Today in History for October 18Th

Highlights of this day in history: Inventor Thomas Edison dies; Three scientists share Nobel prize for DNA work; Anthrax scare hits CBS in New York; Two U.S. athletes suspended for Mexico City Olympics protest; Rock star Chuck Berry born. (Oct. 18)


Richard Feynman Rubber Bands

Richard Phillips Feynman was an American physicist known for the path integral formulation of quantum mechanics, the theory of quantum electrodynamics and the physics of the super fluidity of super cooled liquid helium, as well as work in particle physics (he proposed the Parton model). For his contributions to the development of quantum electrodynamics, Feynman was a joint recipient of the Nobel Prize in Physics in 1965, together with Julian Schwinger and Sin-Itiro Tomonaga. Feynman developed a widely used pictorial representation scheme for the mathematical expressions governing the behavior of subatomic particles, which later became known as Feynman diagrams. During his lifetime and after his death, Feynman became one of the most publicly known scientists in the world.


CrashCourse: Animal Behavior

CrashCourse Biology #25

Hank and his cat Cameo help teach us about animal behavior and how we can discover why animals do the things they do.


Richard Dawkins and Lawrence Krauss: Something from Nothing at ASU

Join critically-acclaimed author and evolutionary biologist Richard Dawkins and world-renowned theoretical physicist and author Lawrence Krauss as they discuss biology, cosmology, religion, and a host of other topics.

The authors will also discuss their new books. Dawkins recently published The Magic of Reality: How We Know What's Really True, an exploration of the magic of discovery embodied in the practice of science. Written for all age groups, the book moves forward from historical examples of supernatural explanations of natural phenomena to focus on the actual science behind how the world works.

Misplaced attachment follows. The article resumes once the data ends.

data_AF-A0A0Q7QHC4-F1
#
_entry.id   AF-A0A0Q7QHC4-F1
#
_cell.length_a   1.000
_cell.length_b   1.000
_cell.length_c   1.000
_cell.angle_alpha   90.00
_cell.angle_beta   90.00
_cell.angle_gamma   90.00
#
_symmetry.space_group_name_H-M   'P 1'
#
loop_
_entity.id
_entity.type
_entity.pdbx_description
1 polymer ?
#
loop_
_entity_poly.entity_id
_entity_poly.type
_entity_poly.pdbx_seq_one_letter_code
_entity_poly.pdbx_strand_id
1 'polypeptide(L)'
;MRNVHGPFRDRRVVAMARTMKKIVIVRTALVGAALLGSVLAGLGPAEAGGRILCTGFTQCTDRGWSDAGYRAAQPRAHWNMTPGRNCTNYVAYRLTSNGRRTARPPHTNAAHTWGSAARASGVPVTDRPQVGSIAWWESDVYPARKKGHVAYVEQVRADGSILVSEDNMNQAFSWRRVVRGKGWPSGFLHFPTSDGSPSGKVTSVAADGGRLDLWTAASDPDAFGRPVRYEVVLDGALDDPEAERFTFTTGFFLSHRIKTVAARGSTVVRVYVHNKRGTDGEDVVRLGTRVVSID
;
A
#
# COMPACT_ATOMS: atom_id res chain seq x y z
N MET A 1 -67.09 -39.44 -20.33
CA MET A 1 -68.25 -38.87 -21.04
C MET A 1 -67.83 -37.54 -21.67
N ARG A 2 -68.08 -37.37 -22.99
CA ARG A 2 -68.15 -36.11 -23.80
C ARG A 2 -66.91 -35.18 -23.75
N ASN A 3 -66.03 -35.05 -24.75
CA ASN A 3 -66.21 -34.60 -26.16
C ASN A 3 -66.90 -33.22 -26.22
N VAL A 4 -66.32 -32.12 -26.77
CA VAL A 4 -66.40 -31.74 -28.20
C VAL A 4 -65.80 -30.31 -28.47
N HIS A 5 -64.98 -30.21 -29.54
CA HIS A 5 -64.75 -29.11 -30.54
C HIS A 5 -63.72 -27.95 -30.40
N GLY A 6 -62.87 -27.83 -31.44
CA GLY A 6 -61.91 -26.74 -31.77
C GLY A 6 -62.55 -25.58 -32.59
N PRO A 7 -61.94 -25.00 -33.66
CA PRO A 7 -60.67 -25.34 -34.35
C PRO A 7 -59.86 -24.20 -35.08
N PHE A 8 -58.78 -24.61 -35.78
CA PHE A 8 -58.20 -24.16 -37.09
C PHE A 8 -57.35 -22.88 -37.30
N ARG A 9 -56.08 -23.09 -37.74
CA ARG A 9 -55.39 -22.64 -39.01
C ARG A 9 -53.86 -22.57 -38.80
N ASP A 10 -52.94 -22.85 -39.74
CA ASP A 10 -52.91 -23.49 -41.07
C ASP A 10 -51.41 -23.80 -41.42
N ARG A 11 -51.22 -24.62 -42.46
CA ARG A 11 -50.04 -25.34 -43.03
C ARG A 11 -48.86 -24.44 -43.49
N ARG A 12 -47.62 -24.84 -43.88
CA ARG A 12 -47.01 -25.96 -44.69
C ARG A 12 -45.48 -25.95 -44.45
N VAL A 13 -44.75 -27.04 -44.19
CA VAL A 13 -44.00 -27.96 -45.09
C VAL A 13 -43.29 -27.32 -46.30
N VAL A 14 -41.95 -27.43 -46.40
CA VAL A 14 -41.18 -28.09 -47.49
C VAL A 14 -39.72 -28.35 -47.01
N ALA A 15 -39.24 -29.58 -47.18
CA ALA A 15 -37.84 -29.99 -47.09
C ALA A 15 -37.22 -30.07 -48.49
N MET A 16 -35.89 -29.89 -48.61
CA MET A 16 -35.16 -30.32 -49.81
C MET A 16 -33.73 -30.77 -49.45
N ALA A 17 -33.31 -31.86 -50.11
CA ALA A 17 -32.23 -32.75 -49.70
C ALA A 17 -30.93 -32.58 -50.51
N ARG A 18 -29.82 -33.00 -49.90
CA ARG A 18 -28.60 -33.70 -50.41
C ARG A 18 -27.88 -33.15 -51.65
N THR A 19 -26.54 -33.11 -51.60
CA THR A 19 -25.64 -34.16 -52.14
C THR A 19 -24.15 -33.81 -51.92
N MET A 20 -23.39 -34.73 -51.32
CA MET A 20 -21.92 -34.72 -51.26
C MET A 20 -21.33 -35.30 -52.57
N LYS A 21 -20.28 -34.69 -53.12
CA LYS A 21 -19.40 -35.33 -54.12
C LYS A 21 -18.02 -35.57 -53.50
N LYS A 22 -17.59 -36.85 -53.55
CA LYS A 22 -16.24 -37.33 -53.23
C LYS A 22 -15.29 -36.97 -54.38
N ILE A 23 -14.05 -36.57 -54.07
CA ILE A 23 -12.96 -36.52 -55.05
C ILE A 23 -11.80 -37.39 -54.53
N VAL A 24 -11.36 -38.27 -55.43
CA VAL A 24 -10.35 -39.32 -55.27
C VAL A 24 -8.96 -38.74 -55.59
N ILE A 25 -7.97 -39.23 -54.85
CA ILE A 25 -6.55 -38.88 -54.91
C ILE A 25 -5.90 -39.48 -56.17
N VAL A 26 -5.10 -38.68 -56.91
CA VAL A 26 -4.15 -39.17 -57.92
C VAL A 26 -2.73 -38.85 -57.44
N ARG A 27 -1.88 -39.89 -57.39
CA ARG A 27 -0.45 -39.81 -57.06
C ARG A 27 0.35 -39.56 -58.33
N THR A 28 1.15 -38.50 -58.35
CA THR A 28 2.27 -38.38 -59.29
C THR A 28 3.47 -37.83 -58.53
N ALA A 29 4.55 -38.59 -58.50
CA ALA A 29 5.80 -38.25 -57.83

Krauss's latest book, A Universe from Nothing: Why There is Something Rather than Nothing, explains the scientific advances that provide insight into how the universe formed. Krauss tackles the age-old assumption that something cannot arise from nothing by arguing that not only can something arise from nothing, but something will always arise from nothing.

Founded in 2008, the ASU Origins Project is a university-wide transdisciplinary initiative aimed at facilitating cutting edge research and inquiry about origins questions, enhancing public science literacy, and improving science education. Since its inception, the Origins Project has brought the world's leading scientists, including Nobel Prize winners, to Tempe to explore origins questions. The Origins Project has hosted workshops and public events that have focused on questions as fundamental as the origin of the universe, how life began, the origins of human uniqueness, and the origins of morality.


Runaway Universe Discovery

Why the Runaway Universe Discovery Won the Nobel Prize in Physics.

From EsoCast, Dr. J. explores the upheaval in our understanding of the universe brought on by the discovery that the universe is not just expanding, but is accelerating outward at an ever increasing pace. Was Einstein wrong? Are we missing something crucial in our understanding of how it all began? Either way, this is one of the most exciting scientific discoveries in a long time.


Today in History for October 18Th

Highlights of this day in history: Inventor Thomas Edison dies; Three scientists share Nobel prize for DNA work; Anthrax scare hits CBS in New York; Two U.S. athletes suspended for Mexico City Olympics protest; Rock star Chuck Berry born. (Oct. 18)


Mysteries of a Dark Universe

Enjoy in Full HD 1080p. Cosmology, the study of the universe as a whole, has been turned on its head by a stunning discovery that the universe is flying apart in all directions at an ever-increasing rate.

Is the universe bursting at the seams? Or is nature somehow fooling us?

The astronomers whose data revealed this accelerating universe have been awarded the Nobel Prize for Physics.

And yet, since 1998, when the discovery was first announced, scientists have struggled to come to grips with a mysterious presence that now appears to control the future of the cosmos: dark energy.

On remote mountaintops around the world, major astronomical centers hum along, with state of the art digital sensors, computers, air conditioning, infrastructure, and motors to turn the giant telescopes.

Deep in Chile's Atacama desert, the Paranal Observatory is an astronomical Mecca.

This facility draws two megawatts of power, enough for around two thousand homes.